Retirement is wonderful if you have two essentials – much to live on and much to live for” is a favoured quote that is more and more pertinent to those in the twilight of their careers. We are an ageing demographic where men and women are living longer and healthier, 800,000 over the age of 66 currently but 1.8million over this age in less than 26 years’ time ! Our birth rates and immigration factors are also not conducive to think we can support this ageing population in 26 years’ time. While recent migrant numbers will help, there is always the hope that those forced to leave their own country will want to go back when the time is right. So where is the money coming from that is going to support our pensions in later years ?

Hence a little too late, auto-enrolment is finally being introduced toward the end of 2024 while the current government has also introduced the notion of incentivising those who wish to delay their pension at age 66 by a year for a 4% higher weekly payment ( this means you would want to live until at least age 92 to justify this decision ! )

John Lowe of demystifies and simplifies what you need to know about 5 basic pension thoughts…

  1. The pension is the best investment in Ireland

If you are on 20% or 40% tax rate, for every € 100 you invest in your pension the government give you back € 20 or € 40. Means you are up in your investment 20% or 40% before you start – obviously being on the higher tax rate makes it more advantageous. Take the average annual growth in the stock market over the last 30 years ( 1991 to 2020 ) it was 10.72% meaning that your investment with the tax relief exceeds 50% per annum – I know of no other investment that will give you that return !

  1. The older you are the more you can contribute to your pension to maximise your tax relief.

So for example if you are between 30 and 40 years of age, you could invest up to 20% of your net relevant earnings into your pension. e.g. € 40,000 annual salary allows you to invest up to € 8,000 per annum or € 666.67 per month into a pension meaning that you will receive  a tax credit of € 3,200 annually or € 266.67 per month so effectively the pension is only costing you € 400 per month. If you are over 40, the threshold increases to 25% of your net annual earnings, 30% when you hit the age of 50…35% at age 55 and 40% at age 60.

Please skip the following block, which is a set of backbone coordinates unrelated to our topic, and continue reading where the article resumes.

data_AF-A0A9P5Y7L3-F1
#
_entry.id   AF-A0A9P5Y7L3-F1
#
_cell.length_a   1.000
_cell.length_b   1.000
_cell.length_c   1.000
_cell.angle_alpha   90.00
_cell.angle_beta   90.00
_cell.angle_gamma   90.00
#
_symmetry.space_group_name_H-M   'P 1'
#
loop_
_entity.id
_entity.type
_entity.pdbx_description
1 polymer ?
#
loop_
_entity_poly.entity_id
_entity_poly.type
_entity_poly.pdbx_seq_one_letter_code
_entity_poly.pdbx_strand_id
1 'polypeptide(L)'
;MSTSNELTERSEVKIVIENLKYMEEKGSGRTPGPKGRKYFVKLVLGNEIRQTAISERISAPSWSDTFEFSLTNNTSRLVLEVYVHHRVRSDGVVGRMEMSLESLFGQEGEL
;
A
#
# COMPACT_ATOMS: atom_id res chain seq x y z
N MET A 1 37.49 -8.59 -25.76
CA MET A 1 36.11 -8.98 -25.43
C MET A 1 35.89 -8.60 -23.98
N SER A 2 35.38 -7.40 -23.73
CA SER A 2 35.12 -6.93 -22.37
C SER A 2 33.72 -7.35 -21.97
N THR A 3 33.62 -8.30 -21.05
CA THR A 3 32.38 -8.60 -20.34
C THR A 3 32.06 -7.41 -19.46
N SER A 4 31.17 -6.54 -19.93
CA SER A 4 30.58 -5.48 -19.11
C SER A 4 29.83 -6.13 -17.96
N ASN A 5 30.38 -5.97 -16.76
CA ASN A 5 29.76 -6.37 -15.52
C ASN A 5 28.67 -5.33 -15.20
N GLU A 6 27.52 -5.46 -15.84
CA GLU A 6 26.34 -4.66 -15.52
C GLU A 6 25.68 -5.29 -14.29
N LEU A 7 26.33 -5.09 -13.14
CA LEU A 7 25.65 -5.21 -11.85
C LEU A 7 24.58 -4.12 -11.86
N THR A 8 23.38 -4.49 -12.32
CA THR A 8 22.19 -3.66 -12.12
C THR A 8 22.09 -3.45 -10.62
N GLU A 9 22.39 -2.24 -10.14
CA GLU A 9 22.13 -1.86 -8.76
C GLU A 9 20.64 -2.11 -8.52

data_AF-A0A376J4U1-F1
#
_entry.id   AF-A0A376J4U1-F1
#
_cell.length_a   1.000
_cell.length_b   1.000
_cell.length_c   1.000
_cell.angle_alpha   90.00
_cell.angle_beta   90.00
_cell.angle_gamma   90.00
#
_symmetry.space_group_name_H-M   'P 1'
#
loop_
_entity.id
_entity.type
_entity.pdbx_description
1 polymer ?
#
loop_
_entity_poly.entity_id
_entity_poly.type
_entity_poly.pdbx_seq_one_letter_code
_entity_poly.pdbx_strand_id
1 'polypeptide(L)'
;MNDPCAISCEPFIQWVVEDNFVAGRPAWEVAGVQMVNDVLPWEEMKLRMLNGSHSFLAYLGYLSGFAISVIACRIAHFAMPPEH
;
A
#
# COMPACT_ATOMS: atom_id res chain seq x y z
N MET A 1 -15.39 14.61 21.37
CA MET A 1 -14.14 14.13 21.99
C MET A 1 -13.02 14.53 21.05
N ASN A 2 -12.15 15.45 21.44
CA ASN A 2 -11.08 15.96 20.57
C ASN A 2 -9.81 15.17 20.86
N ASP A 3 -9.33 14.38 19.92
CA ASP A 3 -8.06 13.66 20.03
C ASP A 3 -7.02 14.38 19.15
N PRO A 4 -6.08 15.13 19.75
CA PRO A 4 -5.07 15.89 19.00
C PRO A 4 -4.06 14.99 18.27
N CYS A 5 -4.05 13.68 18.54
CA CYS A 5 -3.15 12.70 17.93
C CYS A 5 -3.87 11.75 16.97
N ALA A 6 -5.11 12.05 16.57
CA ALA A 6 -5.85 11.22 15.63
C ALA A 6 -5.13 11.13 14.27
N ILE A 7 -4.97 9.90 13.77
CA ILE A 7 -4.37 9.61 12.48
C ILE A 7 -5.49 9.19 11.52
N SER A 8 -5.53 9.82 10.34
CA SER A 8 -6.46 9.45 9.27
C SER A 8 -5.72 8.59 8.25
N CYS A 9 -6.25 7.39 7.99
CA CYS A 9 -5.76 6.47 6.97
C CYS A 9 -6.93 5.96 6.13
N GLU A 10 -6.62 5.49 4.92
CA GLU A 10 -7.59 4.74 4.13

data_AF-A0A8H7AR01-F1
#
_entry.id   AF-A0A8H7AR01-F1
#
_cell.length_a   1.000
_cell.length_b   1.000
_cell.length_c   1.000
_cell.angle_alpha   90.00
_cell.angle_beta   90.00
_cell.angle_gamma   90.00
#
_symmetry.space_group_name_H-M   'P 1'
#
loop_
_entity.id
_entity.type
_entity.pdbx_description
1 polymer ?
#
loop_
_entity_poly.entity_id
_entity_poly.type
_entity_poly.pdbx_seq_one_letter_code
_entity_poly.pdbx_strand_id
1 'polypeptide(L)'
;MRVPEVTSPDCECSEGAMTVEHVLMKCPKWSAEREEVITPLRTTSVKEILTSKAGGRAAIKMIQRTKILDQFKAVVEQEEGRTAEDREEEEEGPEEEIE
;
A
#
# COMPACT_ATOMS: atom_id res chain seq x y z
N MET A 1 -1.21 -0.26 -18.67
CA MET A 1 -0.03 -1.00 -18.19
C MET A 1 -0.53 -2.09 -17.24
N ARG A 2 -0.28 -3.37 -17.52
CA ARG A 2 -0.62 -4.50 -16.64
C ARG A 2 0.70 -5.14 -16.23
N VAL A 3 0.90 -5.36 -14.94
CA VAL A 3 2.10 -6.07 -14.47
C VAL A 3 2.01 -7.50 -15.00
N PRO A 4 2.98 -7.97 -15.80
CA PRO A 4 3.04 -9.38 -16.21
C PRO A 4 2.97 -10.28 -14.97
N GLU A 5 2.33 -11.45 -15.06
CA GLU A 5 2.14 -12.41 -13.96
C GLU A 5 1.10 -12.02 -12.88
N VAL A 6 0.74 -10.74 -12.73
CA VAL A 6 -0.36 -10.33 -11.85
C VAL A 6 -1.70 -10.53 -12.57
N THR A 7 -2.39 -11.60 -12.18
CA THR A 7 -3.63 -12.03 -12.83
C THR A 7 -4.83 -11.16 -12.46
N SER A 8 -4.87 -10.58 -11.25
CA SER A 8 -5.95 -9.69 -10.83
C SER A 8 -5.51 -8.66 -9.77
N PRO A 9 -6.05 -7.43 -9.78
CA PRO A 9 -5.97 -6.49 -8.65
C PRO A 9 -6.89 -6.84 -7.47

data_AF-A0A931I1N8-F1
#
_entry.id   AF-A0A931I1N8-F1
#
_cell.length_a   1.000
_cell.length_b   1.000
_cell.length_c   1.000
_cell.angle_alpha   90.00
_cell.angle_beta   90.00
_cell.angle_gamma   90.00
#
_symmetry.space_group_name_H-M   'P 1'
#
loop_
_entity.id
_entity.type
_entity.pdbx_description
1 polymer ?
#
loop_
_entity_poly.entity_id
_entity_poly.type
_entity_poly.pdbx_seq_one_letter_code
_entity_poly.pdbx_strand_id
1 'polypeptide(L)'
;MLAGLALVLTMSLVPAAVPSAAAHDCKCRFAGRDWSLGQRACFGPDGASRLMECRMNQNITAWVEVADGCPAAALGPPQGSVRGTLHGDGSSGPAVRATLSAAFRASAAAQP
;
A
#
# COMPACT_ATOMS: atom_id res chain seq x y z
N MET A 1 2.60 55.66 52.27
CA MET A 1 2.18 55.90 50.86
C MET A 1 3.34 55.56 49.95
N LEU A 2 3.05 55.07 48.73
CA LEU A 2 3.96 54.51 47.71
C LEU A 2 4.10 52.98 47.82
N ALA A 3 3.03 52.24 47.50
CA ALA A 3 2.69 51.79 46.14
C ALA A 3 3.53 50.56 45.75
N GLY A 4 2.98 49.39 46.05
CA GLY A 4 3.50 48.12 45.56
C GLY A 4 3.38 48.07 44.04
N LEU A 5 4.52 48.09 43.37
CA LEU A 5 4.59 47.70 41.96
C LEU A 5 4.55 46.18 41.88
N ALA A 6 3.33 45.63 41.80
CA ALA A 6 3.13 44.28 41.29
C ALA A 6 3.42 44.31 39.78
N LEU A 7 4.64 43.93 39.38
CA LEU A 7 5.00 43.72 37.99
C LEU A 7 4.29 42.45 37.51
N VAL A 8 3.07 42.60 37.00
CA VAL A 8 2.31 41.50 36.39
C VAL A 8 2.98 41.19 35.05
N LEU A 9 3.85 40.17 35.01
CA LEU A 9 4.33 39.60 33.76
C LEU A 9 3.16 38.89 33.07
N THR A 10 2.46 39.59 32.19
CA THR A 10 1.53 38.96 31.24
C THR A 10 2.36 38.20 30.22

The new auto-enrolment which starts toward the end of 2024 is as Shakespeare said Much Ado About Nothing… the current government thinking is at the end of 10 years of contributions from both employer (6%) and employee (6%) plus a government contribution (2%), you can look forward to a maximum of 14% each year invested in your pension….

Today a 22 year old, straight out of 3rd level college, can invest 15% on their own income into a pension and obtain potentially 40% tax relief on it instantly from year one.

  1. Occupational pensions ( set up by your employer ) generally have a Normal Retirement Age – NRA – of 65 ( or 66 in some cases and for executives age 60 ) while setting up your own pension will allow you to access your fund at age 60 (Personal Retirement Savings Account – PRSAs)

With the retirement age being pushed out to age 68 from 2039 – only 15 years away, it means MOST tax payers will need to maintain employment til that age when the State Pension kicks in, currently € 277.30 per week. Even though currently the government relented and give a benefit payment of € 232 per week to those retiring at 65 for the year before the State Pension kicks in at age 66….. plus for a dependent adult an additional weekly € 154 and € 46 per week to children under 12 years and € 54 per week to children over the age of 12.  Don’t delay, invest something into a pension.